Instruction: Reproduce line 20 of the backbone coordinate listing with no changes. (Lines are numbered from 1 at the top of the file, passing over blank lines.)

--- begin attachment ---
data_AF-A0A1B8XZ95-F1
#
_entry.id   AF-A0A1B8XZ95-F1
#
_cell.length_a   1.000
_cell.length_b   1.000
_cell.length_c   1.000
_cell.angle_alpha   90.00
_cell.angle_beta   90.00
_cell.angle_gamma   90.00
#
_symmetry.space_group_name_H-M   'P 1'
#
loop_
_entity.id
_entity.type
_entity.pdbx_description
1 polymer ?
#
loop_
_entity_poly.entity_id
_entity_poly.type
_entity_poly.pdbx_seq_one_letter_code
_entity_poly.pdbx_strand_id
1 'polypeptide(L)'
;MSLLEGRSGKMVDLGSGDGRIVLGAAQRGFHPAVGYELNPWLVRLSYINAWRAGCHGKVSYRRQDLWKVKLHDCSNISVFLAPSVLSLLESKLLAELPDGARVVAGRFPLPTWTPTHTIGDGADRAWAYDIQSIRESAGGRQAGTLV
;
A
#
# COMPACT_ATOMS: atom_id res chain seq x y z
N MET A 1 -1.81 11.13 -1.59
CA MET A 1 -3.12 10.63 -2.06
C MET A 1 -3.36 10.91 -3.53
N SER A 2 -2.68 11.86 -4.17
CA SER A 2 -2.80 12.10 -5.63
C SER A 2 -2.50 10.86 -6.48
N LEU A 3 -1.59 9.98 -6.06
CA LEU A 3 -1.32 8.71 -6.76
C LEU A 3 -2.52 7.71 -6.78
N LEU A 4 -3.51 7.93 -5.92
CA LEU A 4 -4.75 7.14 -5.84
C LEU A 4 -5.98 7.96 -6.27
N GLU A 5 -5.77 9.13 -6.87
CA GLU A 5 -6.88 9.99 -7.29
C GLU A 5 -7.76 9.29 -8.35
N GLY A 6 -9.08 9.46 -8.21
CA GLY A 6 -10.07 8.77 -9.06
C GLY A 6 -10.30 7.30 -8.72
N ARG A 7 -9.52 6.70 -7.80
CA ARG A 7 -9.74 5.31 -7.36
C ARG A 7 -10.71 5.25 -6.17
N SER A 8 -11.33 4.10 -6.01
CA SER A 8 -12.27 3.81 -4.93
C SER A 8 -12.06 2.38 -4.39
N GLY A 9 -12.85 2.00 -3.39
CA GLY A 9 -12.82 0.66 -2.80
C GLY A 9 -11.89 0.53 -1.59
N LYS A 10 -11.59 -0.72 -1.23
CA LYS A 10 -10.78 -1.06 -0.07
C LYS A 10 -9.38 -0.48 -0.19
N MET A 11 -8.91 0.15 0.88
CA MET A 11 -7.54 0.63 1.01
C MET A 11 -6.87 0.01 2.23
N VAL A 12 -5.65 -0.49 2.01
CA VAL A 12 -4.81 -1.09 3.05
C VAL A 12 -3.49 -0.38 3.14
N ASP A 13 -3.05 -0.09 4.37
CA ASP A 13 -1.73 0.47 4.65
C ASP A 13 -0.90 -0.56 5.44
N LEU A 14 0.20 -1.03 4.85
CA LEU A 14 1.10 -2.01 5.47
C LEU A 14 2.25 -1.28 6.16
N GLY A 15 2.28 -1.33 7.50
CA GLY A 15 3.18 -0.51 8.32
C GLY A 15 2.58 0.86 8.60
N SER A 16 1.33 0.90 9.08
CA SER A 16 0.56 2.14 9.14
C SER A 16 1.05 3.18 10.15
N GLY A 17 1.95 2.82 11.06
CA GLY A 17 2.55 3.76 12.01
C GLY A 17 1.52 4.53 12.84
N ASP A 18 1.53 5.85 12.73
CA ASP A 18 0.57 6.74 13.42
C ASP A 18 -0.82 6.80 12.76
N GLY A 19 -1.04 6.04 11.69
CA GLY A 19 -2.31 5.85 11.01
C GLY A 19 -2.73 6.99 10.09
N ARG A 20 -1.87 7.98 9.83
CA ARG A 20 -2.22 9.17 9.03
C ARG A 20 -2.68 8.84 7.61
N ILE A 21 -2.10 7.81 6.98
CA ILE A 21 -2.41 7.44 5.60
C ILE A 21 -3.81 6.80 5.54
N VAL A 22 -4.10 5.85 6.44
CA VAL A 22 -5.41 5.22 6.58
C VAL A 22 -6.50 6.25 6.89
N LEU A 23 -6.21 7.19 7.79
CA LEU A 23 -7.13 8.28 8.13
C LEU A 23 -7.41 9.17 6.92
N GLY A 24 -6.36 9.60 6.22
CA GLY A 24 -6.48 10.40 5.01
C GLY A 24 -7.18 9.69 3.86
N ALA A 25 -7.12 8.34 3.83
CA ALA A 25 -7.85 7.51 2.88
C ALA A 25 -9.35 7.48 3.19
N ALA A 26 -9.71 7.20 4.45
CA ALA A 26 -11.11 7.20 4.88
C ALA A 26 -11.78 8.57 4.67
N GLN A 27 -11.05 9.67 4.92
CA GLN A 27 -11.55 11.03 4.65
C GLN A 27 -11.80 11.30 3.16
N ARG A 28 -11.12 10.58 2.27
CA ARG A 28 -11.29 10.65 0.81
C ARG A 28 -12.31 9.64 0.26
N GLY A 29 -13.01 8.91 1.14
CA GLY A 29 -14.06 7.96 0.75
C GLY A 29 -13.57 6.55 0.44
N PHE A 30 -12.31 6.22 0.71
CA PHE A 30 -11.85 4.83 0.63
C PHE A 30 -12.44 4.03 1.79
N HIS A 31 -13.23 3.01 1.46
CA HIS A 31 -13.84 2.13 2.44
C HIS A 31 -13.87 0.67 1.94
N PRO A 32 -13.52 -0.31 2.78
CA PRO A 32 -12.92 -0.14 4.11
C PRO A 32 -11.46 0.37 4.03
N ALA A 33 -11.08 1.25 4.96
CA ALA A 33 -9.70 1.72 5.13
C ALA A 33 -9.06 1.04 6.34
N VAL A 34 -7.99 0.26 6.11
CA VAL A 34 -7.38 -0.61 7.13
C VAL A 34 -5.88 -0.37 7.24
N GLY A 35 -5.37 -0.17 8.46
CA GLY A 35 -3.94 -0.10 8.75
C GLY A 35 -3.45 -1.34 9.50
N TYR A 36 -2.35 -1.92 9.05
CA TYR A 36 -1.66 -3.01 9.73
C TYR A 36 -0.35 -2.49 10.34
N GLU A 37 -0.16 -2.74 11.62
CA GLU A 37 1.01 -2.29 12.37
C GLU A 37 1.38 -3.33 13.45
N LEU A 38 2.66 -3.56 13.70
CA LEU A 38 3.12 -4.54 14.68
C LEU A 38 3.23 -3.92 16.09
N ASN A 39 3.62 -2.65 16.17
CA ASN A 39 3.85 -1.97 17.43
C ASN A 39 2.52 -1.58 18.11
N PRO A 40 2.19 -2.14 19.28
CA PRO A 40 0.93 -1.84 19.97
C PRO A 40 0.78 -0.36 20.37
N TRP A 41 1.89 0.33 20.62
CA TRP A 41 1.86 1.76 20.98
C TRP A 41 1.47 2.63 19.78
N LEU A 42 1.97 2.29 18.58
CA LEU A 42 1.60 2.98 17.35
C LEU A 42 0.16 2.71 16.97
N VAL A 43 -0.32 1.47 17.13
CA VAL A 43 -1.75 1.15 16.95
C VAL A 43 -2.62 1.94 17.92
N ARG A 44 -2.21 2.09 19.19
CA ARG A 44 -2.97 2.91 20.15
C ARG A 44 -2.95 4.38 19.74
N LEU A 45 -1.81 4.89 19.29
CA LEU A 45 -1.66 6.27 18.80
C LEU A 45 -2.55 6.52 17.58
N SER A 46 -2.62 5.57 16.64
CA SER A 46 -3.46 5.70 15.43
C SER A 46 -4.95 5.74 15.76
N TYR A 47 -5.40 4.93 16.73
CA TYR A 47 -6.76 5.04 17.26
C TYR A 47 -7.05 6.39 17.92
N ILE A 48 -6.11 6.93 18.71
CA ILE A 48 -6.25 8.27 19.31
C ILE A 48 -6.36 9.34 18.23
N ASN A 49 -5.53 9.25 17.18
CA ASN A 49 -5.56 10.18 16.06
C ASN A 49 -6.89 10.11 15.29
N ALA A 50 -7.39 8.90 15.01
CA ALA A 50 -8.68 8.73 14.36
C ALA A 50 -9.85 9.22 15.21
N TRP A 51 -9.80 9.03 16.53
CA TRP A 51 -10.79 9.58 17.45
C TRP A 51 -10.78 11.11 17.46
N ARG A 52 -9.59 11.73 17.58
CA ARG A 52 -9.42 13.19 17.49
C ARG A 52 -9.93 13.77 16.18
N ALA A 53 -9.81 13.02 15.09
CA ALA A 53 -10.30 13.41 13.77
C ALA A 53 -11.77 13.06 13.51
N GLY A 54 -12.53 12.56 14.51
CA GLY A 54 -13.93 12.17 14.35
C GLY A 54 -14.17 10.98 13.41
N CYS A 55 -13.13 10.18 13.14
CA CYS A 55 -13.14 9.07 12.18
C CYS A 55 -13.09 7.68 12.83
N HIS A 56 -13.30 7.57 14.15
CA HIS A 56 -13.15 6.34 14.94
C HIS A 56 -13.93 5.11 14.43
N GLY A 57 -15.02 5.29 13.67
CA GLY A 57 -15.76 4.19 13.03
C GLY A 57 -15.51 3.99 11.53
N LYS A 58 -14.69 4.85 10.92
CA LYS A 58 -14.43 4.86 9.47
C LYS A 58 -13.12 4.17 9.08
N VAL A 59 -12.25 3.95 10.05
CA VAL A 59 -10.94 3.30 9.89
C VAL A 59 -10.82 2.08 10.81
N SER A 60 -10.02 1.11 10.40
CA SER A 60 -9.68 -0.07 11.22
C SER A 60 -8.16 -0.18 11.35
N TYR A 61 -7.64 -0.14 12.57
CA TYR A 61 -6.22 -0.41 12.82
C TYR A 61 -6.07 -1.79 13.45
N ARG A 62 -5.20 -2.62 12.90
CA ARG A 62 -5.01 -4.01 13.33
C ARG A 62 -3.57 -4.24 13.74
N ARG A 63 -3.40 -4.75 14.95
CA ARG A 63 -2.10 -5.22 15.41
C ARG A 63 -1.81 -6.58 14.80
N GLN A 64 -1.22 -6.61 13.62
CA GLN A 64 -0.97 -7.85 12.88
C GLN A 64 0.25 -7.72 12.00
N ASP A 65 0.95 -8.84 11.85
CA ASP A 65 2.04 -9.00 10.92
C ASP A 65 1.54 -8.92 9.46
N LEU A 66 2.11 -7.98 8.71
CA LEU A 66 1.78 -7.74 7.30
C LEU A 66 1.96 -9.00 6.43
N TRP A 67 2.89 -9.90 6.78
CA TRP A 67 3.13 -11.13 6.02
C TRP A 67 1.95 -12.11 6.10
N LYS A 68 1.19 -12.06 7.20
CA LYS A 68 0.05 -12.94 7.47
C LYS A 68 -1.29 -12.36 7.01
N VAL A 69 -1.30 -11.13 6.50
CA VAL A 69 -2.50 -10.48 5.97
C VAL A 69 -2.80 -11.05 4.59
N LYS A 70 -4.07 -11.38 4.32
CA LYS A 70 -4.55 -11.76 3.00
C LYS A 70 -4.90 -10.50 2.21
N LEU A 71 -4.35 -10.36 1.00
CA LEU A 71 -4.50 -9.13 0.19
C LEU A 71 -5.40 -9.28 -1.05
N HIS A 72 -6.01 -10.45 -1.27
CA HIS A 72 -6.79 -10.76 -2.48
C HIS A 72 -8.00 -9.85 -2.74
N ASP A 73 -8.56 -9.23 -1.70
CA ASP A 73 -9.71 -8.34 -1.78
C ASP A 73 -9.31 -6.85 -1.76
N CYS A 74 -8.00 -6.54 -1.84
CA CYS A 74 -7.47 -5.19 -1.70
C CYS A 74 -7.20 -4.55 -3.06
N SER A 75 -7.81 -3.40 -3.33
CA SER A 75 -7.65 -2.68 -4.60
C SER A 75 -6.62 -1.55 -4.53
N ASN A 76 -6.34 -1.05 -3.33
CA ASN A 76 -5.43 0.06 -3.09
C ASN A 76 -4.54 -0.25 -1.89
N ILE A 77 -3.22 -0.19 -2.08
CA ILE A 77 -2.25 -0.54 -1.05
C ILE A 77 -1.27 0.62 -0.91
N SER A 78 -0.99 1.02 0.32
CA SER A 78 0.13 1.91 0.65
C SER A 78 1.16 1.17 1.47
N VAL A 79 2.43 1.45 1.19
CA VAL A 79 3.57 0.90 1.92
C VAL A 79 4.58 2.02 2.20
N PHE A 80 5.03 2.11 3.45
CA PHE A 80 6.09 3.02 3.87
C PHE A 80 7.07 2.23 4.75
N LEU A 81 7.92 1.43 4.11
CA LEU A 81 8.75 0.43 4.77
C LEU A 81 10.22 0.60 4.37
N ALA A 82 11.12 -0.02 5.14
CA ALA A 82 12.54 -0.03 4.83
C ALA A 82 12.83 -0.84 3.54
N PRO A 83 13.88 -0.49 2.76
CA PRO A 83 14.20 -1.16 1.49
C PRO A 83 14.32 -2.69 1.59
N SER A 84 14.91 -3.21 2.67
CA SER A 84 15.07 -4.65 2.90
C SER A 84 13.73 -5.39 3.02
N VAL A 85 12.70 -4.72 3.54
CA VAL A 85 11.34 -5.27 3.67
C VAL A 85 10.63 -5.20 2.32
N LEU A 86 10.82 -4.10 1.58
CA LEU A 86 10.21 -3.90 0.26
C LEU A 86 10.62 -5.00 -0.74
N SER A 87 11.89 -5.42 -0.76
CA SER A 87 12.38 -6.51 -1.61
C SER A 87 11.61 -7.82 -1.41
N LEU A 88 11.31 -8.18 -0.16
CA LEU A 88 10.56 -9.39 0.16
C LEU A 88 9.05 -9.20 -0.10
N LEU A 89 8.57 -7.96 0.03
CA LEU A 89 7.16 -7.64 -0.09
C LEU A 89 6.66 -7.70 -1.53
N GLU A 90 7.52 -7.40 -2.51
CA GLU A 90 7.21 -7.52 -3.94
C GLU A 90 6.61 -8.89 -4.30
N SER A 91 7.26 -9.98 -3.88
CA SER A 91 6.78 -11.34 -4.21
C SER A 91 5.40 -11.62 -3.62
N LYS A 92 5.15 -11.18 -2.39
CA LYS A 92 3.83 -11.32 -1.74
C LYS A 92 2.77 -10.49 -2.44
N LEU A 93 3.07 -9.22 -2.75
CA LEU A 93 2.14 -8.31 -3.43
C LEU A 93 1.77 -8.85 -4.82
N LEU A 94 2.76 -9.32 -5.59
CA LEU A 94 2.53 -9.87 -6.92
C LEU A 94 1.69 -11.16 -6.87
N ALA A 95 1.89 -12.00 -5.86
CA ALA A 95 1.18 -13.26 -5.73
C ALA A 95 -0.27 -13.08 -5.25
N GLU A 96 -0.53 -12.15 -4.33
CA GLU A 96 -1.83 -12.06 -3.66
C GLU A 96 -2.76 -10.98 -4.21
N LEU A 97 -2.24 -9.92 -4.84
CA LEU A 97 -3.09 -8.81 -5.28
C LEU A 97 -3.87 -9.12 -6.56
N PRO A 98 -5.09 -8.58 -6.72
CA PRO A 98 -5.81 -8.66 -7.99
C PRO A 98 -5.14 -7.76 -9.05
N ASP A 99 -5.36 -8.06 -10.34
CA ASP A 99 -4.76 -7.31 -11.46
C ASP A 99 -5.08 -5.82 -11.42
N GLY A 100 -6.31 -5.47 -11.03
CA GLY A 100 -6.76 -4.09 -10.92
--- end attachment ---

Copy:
loop_